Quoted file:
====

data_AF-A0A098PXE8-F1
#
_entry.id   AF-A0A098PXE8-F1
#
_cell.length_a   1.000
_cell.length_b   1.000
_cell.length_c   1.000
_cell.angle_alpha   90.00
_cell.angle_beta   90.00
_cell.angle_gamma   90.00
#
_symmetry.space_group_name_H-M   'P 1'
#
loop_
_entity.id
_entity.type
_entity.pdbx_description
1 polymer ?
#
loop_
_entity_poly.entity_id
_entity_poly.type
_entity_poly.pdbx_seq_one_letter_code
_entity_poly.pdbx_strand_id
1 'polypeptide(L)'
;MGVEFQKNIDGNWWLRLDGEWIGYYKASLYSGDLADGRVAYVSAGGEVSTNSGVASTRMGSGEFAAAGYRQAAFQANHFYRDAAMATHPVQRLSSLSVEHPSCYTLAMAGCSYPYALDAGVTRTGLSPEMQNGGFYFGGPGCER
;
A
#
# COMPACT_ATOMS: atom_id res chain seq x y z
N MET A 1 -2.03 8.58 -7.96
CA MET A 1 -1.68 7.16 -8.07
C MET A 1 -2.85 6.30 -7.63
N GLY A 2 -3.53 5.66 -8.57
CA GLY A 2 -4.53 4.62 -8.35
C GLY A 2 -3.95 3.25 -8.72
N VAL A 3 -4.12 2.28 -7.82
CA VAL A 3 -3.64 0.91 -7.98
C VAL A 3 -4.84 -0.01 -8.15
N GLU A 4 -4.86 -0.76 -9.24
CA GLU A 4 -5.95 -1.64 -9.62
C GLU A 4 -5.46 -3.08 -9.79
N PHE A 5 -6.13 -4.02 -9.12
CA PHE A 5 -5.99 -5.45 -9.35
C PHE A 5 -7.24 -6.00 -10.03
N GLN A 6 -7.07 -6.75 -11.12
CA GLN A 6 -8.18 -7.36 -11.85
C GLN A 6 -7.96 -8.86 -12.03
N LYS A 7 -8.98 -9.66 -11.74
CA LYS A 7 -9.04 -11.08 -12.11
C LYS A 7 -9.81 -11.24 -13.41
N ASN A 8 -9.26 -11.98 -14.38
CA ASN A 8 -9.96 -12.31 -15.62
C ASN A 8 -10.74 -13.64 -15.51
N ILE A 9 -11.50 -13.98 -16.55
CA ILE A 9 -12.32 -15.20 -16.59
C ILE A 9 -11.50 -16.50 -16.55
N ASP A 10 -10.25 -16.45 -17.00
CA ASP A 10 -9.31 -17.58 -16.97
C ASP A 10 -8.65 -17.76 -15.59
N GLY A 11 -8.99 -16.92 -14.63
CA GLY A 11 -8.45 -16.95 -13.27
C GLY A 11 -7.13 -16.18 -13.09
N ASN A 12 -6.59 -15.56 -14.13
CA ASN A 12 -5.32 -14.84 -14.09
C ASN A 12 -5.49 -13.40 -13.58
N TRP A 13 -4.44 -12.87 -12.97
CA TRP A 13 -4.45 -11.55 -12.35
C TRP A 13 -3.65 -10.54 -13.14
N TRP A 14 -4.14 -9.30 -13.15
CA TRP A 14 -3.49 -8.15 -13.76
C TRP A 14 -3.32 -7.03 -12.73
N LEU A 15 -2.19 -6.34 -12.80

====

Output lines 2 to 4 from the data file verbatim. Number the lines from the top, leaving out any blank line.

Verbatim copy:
#
_entry.id   AF-A0A098PXE8-F1
#